10/25/2019 - Week 19 - Cover Crop Prayer



It is a scary time we live in. After thinking for a moment last Saturday, as it drizzled, that Sonoma County had escaped the worst of this fire season, we once again awoke in our new reality and began harvest at dawn to a red sunrise with smoke rising from the Kinkade fire raging 30 miles Northeast and the biggest wind event of the year heading our way.

At times like these, it is hard to find hope in the smoke. What prayer can clear blackened air thousands of years in the making? What force can stop a tide like this?

On Thursday morning, Kayta and I attended the Daily Acts annual Ripple the World breakfast, catching glimpses of the smoke plumes in the hills near Geyserville on our way up Hwy 12. The Veterans Memorial Center was packed. Local leaders, mayors, congresspeople, farmers, teachers, healers, gardeners, and quite a few CSA members ate quiche and breakfast cake together. The founder, Trathen Heckman, spoke of the feeling of being in the middle of a swarm of bees as they focus in on a new hive spot.

The force of all those little wings beating in the same direction, he said, is a powerful thing.

We returned to the smoky farm around 11 am and knocked out the last field transplanting of 2019 —kohlrabi and lettuce. We put away the transplanting shovels, gathered ourselves, and felt a huge internal switch flip on the farm: With all of the human food planting for the year accomplished, we can now turn our focus full force to cover cropping.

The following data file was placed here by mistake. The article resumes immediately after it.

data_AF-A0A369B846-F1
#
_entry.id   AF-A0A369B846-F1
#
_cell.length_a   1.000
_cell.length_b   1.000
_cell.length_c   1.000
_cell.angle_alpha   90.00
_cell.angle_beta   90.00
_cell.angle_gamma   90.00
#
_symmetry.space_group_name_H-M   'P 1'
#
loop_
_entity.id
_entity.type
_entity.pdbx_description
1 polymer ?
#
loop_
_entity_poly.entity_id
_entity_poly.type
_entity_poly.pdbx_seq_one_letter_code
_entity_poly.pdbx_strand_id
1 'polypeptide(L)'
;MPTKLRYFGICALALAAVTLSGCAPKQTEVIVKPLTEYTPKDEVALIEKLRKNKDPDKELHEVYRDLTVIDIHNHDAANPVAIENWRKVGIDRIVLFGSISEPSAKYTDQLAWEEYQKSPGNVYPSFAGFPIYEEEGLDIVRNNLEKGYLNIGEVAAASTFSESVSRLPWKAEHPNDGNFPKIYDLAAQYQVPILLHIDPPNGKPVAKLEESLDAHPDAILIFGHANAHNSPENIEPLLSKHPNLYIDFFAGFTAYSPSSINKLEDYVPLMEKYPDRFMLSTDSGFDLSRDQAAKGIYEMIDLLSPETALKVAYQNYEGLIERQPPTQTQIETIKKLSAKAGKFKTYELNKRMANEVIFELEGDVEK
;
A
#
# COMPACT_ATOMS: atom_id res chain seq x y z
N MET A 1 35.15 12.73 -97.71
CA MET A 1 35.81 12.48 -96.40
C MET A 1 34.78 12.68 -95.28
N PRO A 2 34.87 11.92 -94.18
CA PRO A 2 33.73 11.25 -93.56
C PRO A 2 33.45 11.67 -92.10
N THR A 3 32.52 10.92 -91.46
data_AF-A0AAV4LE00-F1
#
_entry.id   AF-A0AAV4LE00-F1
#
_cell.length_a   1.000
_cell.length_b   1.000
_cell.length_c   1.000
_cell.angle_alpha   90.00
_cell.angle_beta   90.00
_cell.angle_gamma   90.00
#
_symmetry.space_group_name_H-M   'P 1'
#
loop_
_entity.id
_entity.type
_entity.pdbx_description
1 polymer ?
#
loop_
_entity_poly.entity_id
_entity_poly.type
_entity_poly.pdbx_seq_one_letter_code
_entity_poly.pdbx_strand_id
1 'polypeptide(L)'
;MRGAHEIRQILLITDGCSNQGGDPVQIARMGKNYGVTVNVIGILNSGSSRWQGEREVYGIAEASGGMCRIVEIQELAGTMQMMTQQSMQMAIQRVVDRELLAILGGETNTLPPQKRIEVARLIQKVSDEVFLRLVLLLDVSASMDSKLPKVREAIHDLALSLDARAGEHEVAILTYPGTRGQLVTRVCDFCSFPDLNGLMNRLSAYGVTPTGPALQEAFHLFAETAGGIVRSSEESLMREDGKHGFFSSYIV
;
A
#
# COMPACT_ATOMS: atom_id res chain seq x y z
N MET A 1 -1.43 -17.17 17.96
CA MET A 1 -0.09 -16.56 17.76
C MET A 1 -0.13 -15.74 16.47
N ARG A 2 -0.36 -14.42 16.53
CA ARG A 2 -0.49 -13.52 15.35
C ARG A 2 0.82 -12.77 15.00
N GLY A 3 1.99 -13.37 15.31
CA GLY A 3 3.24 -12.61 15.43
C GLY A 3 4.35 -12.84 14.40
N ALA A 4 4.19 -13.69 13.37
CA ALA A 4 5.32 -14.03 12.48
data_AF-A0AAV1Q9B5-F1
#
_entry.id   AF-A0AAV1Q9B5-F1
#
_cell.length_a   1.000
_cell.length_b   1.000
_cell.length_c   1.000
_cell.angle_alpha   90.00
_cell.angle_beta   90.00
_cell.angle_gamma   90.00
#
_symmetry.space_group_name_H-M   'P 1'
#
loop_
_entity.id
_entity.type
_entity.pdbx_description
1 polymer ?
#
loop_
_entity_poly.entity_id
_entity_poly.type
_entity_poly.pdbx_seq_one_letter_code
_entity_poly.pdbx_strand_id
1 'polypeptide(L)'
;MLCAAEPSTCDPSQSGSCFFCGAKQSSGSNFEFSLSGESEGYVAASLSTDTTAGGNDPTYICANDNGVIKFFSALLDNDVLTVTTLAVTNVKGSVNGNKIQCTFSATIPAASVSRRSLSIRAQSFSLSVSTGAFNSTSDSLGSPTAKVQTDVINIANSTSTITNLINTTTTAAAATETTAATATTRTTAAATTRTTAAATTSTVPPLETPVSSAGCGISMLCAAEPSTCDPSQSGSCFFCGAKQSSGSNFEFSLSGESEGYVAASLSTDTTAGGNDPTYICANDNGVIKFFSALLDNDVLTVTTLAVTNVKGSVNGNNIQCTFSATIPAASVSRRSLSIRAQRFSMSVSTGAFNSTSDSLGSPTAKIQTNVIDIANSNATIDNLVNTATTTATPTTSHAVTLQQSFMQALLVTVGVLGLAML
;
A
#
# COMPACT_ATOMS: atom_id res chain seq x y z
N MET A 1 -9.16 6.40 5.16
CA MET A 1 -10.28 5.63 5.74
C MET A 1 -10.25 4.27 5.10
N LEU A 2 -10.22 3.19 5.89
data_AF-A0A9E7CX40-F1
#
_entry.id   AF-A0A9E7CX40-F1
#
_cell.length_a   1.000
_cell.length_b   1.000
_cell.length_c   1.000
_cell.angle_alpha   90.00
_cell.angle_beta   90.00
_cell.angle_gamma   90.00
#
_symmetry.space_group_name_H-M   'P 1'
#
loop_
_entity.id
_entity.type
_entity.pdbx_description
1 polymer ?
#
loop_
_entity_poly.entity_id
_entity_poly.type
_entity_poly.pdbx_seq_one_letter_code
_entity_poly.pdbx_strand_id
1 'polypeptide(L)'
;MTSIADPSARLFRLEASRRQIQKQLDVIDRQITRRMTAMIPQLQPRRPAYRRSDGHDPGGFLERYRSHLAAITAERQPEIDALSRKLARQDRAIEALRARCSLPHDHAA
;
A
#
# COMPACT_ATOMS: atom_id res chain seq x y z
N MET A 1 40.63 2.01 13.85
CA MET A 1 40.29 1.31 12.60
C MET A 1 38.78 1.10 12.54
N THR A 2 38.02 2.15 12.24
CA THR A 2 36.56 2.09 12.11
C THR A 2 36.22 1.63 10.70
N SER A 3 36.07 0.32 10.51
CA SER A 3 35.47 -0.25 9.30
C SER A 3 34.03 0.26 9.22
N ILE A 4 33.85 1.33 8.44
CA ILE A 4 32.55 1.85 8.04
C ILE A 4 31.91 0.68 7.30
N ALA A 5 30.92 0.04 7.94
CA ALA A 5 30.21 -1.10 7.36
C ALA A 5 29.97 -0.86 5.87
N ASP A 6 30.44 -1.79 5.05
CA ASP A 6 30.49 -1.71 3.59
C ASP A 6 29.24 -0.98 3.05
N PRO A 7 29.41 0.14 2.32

Buckwheat summer cover crop in the morning haze.

Buckwheat summer cover crop in the morning haze.

Kayta and Anna cleared furrows and broadcast potash. I mowed old crop residue. Then we broadcast cover crop seed.

Broadcasting cover crop seed the old fashioned way is like a dance — and one of the most pleasant things you can do on a farm. You walk back and forth in the furrows and step - reach in the bucket - step - throw - step - reach in the bucket - step - throw. When you get the hang of it you get a spray of seed fanning out before you, like droplets of water, suspending for a moment, and then falling down on the earth. The more mesmerized you become, the more even your spray.

When kissed with water, those little seeds sprout. First the grasses: Barley, oats and triticale. Then the legumes: Bell beans, vetch, peas and clover. The grasses rise fast, suppressing weeds, providing shelter for the legumes, and sinking deep roots in the earth to nourish and hold the soil through the winter. The legumes weave their tendrils and teardropped leaves between the grasses and form succulent clusters of nutrient rich nodules on their roots.

With the warmth of late winter and early spring the cover crop explodes with growth. The farm becomes a waist-high sea of green, crested with white bell bean, purple vetch, and crimson clover flowers.

Then we mow this beautiful mass into the soil, where it feeds the life within it — and our crops — for years to come. In four years of doing the cover crop dance (and some other dances) we've increased the soil organic matter in our soils by 3%. That's 75 tons of organic matter (mostly carbon) sequestered in the soil — home where it belongs.